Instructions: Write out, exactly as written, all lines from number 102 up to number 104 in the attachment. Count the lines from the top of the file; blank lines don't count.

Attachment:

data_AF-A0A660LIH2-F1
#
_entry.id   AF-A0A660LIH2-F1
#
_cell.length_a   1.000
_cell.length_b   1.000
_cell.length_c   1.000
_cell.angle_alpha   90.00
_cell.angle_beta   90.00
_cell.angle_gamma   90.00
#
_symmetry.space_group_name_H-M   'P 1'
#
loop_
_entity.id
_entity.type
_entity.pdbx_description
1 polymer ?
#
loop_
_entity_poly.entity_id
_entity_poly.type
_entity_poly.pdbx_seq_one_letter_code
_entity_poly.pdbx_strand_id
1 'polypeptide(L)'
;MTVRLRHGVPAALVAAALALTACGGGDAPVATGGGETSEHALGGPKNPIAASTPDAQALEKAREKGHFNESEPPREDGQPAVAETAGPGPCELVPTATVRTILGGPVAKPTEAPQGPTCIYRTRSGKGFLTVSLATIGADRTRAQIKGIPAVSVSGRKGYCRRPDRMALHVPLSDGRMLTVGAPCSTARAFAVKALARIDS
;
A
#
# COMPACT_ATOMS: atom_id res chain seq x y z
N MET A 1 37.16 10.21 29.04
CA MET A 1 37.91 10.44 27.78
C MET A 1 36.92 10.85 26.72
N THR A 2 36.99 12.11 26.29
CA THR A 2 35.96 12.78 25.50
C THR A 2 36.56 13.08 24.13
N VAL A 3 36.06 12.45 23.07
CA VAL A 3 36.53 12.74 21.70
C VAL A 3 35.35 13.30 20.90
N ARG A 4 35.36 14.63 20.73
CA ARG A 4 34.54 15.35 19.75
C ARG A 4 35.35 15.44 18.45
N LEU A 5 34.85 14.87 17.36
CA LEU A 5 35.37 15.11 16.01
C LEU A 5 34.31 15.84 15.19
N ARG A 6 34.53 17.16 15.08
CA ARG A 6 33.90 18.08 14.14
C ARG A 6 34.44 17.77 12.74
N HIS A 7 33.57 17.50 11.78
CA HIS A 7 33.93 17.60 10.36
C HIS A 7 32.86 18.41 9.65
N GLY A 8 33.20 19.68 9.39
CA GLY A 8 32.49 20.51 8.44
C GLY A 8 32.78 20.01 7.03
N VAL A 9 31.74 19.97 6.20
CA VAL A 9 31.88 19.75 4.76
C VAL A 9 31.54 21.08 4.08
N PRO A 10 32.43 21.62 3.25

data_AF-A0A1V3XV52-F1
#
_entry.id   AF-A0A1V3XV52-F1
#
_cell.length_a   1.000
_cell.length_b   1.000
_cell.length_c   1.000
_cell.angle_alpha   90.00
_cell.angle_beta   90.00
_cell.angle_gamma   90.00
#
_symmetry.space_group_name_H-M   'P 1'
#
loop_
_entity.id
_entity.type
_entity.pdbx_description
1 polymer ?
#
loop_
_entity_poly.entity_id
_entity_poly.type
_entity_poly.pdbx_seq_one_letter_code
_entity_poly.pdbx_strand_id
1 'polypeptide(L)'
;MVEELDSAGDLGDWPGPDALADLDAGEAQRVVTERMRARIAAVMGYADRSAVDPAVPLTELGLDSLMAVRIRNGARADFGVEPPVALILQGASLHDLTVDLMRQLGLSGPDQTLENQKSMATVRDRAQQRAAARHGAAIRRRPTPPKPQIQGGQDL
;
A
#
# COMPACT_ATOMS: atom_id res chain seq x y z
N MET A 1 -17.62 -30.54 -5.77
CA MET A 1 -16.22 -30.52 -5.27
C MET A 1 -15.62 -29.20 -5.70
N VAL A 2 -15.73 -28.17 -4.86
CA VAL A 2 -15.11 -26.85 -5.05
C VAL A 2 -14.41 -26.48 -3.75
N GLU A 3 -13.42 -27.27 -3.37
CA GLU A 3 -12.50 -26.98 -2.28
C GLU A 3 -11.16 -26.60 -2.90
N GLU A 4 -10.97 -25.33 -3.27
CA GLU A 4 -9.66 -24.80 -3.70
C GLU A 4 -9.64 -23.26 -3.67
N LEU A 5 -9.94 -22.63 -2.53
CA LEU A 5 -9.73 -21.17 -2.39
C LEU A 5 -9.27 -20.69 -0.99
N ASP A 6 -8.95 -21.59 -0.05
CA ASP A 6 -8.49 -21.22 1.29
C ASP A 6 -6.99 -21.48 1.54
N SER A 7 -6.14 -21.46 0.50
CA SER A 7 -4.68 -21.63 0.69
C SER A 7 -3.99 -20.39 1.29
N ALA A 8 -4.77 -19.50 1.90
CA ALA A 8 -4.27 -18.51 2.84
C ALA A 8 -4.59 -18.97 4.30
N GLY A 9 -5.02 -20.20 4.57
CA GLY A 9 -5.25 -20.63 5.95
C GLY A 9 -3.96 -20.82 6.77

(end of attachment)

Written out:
CA LEU A 5 -9.73 -21.17 -2.39
C LEU A 5 -9.27 -20.69 -0.99
N ASP A 6 -8.95 -21.59 -0.05